Bangalore: An eighty-five-year-old widow Lakshmamma had never thought that the twilight of her life would be marked by a struggle for a widow pension of Rs 500 per month.
Octogenarian Lakshamamma living in the dingy room of a slum at Kallahalli near Ulsoor, here would have lost her battle, but for the Right to Information (RTI) Act.
A widow for the past 32 years, Lakshmamma was getting her old age pension from 1983 to November 2011, when it was stopped abruptly as her name figured in the list of dead beneficiaries, following a revision of the list.
Sources said the revision of the list reduced the number of beneficiaries to 41.88 lac from 48 lac. The revised list comprises 10.58 lac widow pensioners.
While the government claims that the names deleted were fake ones, there are counter claims too.
Lakshmammas case proves the point that the revision was not done properly. Like every month, in November 2011 too, she went to the post office to collect her pension, only to learn that it had been stopped. Seeing her face turn pale, a post office employee gave her Rs 200 from her pocket. Her neighbours, who too are from the economically-weaker sections, offered her food.
For nearly 11 months, the post office employee gave Lakshmamma Rs 200 every month, while the neighbours shared their meals with her.
One fine day, local RTI activist Kalidas Reddy took up her case.
Reddy says, After I filed the RTI application to know the status of Lakshmammas widow pension, I briefed Chief Information Commissioner A K M Nayak about the plight of the woman. He took personal interest in the case, which resulted in its early hearing.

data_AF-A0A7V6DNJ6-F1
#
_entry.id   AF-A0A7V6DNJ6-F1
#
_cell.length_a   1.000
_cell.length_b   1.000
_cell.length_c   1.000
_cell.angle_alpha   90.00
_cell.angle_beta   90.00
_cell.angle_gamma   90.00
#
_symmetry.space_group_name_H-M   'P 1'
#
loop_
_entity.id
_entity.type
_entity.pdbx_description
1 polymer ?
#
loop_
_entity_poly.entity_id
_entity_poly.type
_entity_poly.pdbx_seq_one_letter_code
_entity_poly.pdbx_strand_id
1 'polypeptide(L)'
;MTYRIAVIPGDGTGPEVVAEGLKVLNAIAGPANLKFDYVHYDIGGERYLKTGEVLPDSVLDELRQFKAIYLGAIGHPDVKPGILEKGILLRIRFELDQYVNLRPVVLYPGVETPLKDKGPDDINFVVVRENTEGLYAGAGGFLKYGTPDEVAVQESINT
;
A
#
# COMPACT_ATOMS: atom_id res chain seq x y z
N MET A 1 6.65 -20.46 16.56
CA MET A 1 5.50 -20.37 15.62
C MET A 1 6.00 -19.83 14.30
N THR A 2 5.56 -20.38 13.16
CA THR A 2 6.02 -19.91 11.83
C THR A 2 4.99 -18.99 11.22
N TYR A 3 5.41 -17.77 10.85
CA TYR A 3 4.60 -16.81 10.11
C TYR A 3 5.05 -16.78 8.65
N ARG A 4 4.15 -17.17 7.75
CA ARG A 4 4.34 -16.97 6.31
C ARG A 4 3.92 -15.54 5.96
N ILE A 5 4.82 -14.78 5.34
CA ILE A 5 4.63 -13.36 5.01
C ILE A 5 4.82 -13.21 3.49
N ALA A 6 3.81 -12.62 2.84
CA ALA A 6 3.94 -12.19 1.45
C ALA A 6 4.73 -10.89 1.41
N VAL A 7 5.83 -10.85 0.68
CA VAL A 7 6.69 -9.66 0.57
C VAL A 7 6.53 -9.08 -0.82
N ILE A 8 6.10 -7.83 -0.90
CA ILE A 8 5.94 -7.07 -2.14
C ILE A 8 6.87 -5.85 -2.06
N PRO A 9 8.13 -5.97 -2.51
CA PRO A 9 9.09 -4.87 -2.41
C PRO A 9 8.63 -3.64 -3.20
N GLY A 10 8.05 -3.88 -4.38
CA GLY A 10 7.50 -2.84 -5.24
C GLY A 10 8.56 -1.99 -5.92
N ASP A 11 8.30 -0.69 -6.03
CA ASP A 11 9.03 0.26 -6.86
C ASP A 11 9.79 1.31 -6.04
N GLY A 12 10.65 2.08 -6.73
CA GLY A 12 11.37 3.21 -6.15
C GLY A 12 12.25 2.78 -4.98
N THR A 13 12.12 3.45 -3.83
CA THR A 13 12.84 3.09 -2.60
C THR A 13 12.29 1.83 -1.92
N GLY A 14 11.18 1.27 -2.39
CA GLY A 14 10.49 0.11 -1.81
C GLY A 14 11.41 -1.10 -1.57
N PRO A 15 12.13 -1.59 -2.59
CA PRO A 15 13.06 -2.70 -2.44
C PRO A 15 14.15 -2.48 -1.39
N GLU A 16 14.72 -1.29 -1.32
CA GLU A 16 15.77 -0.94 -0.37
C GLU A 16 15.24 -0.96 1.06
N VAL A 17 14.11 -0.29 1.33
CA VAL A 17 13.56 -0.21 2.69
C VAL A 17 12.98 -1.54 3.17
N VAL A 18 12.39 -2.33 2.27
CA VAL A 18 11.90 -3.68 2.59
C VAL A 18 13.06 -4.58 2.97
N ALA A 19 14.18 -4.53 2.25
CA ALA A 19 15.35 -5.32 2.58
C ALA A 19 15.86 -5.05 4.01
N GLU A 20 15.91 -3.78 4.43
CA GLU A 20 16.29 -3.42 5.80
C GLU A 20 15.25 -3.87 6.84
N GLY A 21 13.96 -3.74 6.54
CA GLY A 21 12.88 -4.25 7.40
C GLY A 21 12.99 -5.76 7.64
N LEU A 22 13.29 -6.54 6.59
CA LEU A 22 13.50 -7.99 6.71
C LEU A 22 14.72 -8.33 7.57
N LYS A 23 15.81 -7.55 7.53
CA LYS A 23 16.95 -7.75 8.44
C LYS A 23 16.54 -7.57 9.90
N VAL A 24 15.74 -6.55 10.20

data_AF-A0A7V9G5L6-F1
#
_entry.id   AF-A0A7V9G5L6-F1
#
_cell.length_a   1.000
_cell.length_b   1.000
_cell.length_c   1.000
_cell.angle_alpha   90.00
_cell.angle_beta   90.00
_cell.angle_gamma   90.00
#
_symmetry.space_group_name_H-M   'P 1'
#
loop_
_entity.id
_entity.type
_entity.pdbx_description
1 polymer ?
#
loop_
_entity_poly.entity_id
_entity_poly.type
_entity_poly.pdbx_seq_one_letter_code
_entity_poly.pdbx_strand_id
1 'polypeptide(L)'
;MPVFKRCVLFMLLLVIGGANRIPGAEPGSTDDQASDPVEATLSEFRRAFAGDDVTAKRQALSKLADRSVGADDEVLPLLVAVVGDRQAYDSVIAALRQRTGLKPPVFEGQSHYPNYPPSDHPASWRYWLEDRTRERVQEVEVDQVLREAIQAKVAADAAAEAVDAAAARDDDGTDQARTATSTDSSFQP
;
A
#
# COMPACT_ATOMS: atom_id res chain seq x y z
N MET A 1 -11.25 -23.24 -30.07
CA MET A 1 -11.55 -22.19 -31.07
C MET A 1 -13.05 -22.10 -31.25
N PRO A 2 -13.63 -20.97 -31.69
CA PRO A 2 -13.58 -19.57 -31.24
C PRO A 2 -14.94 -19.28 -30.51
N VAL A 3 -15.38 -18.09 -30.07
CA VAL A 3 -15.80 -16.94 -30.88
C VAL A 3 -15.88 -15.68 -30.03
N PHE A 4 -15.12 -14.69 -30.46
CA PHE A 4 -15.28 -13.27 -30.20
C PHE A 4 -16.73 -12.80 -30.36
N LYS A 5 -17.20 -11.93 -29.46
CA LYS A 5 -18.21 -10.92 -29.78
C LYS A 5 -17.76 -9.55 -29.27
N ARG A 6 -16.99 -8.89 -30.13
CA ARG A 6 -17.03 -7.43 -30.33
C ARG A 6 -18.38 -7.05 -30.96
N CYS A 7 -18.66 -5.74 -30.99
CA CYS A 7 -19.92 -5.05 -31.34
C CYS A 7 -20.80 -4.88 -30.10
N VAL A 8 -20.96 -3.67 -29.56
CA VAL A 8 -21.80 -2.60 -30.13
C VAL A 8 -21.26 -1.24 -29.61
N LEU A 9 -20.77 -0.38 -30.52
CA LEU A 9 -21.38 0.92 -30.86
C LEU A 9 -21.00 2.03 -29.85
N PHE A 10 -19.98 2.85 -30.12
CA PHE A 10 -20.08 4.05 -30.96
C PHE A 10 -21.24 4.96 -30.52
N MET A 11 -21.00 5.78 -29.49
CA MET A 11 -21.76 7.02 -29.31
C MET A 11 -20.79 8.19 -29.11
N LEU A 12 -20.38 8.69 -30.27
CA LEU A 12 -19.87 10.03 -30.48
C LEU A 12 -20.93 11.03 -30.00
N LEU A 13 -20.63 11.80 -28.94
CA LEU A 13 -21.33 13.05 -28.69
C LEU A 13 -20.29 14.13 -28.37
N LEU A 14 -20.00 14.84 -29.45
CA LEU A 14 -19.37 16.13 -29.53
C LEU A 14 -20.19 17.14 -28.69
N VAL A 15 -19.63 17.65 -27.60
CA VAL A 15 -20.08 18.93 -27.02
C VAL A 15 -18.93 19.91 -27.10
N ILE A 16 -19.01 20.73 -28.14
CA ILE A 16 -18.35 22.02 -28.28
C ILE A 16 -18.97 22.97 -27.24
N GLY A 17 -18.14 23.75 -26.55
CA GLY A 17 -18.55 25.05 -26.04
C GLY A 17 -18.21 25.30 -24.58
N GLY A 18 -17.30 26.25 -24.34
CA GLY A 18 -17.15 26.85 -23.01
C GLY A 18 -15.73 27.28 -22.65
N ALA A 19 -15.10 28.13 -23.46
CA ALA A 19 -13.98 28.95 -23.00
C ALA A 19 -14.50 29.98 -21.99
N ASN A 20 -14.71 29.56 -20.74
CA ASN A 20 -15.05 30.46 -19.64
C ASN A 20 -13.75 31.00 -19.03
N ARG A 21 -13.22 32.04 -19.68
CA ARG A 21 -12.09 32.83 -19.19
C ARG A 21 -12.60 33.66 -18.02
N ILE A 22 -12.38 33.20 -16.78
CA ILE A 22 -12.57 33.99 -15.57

The Tahsildar, who initially gave the hearing a miss, finally showed up and restored Lakshmammas pension with arrears of 2 months, Reddy said.
Not a stray case
Kathyayini Chamaraj of Civic Bangalore says this is not a stray case. At Devasandra in the metro, there are 31 people whose pension was stopped because the revenue officers got a wrong feedback about the beneficiaries that they were dead.
The revenue officers have their own explanation. They say the pensions were stopped, either because the beneficiaries were not present at the given address or their neighbours had told the survey officials that the beneficiaries were dead.
This means that the survey was not conducted properly. We wanted to speak to the successive secretaries in the revenue department, but they did not hear us. For many of us, Rs 500 could be a pittance. But there are people for whom every rupee matters, said Kathyayini.
A senior officer in the revenue department said the revision helped remove fake beneficiaries. She said the postmen had a nexus with some fake beneficiaries to siphon off the pension of dead beneficiaries.